You can't wish away the need to upgrade aging utility infrastructure
... as the gas leak induced explosion yesterday in Harlem, which killed at least six people, injured dozens, and destroyed two 5-story apartment buildings communicates to us.
See "Deadly building explosion puts focus on NYC's aging infrastructure" from the Christian Science Monitor and "Water main collapsing onto gas line causes explosion in East Harlem that kills 6, injures dozens — up to 9 people feared missing: sources" from the New York Daily News.
Ironically, the day before the explosion the Center for an Urban Future released a report, Caution Ahead: Overdue Investments For New York’s Aging Infrastructure, on this very topic, which mentioned that the city’s 6,300 miles of gas mains are more than 50 years and a majority are constructed of piping which is not leakproof.
In January, a study was released on DC, stating that almost 6,000 leaks were detected in the city's natural gas distribution system. See "Study finds 5,893 natural gas leaks in Washington, D.C." from USA Today. (This came up with regard to Eastern Market a couple years ago. WGL didn't upgrade their distribution infrastructure there when the market and street were reconstructed after the 2007 fire. They had to go back and tear up the street to replace the piping, because of consistent leak problems.)
Not even considering recent catastrophes in West Virginia and North Carolina with regard to chemical contamination of water supplies, drinking water distribution has aging infrastructure issues as well, with frequent catastrophic breaks, and consistent unfixed leaks, as well as constantly upping of regulatory requirements for storm and sanitary sewerage systems. See "Saving US Water and Sewer Systems Would Be Costly" from the New York Times. The article quotes DC Councilmember Jim Graham suggesting that somehow this infrastructure can be "reformed" without having to increase rates to cover the cost of the upgrade.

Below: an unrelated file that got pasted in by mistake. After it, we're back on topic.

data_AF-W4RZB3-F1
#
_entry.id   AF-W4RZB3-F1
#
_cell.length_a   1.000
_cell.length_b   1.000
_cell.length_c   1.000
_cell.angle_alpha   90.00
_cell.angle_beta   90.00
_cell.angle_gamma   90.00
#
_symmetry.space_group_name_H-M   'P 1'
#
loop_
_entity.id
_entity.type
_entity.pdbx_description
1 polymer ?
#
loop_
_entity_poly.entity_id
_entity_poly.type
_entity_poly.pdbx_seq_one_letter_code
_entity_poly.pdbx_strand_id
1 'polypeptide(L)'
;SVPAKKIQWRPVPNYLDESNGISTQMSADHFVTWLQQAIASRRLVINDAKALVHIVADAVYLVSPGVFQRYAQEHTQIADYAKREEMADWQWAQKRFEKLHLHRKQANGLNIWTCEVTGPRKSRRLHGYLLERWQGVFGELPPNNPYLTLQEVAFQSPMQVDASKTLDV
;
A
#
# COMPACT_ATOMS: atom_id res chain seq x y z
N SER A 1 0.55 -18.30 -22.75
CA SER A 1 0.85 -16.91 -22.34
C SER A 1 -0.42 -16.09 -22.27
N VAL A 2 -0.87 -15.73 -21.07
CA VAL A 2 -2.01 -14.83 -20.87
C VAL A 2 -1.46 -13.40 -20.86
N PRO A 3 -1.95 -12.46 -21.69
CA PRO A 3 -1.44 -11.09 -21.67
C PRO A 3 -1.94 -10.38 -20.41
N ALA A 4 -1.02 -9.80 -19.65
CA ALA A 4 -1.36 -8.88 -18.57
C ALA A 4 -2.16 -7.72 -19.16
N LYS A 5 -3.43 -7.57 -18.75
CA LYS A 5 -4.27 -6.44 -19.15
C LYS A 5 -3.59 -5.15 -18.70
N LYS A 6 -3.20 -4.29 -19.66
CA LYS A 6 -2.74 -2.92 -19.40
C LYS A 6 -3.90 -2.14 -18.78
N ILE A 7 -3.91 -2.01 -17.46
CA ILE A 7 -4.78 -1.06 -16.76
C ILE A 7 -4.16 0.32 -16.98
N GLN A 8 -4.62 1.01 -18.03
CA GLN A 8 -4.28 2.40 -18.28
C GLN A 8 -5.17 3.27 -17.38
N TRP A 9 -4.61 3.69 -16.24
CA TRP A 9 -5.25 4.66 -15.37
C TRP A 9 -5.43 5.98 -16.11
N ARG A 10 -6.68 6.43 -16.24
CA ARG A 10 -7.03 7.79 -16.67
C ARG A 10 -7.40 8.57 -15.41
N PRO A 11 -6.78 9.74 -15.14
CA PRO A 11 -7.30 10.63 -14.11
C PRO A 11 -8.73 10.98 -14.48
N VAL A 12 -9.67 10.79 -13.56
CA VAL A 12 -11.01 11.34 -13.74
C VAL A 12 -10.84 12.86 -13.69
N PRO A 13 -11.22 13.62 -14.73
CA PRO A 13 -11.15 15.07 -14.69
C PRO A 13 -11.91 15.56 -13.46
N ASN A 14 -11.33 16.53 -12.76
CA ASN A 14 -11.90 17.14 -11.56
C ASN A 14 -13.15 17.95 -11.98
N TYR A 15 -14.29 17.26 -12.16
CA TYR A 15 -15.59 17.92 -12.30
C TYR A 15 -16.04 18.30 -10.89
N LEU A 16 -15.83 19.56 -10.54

In the DC region, frequent breakdowns in the electric utility infrastructure have spurred calls for changes to the distribution network (e.g., "Work to start this year on burying key DC power lines," Post) and in Montgomery County, one legislator, Roger Berliner, has suggested that the county take over the power distribution infrastructure and set higher maintenance standards (see the past blog entry "Press piling on Montgomery County's utility dreams").
Of course, the impact of Superstorm Sandy in 2012 on electric distribution infrastructure and siting and equipment issues in buildings and for the transit system (which runs on electricity) in New York City and New Jersey especially was another notification about the need for serious upgrading of utility infrastructure. As the developer Jonathan Rose said (paraphrased) at a conference, "When Superstorm Sandy hit Wall Street, they no longer denied the existence of global warming."
Post-Superstorm Sandy, Lower Manhattan without power. Photo by Iwan Baan, for New York Magazine.
The National Journal has an article, "Your Utility Bill Is Going Up (and There's Nothing You Can Do About It)," about how the utility regulatory process isn't structured to support community input, mentioning Abbe Millstein, who has created a consumer group powerupmontco, to weigh in on electric utility distribution issues in nearby Montgomery County, Maryland. She is particularly worked up over electric rate surcharges for upgrading utility infrastructure. (But the group doesn't have a website, so how does one obtain copies of the "50-page booklet for state Assembly members and candidates" that they produced about the issues.
While I understand the sentiment, especially because utility companies don't do a good job communicating with the public, and they do overstate the costs of construction (for example, in DC Pepco's pricing for undergrounding electric lines in commercial districts is more than 15 times that national average as reported by the Edison Electric Institute, a trade group), I don't see how we can avoid paying the necessary costs for upgrading utility infrastructure, although I agree that how to bring disconnected utility companies and their officials to bear is definitely an issue.
The alternative, limited access to electricity and natural gas, is unthinkable.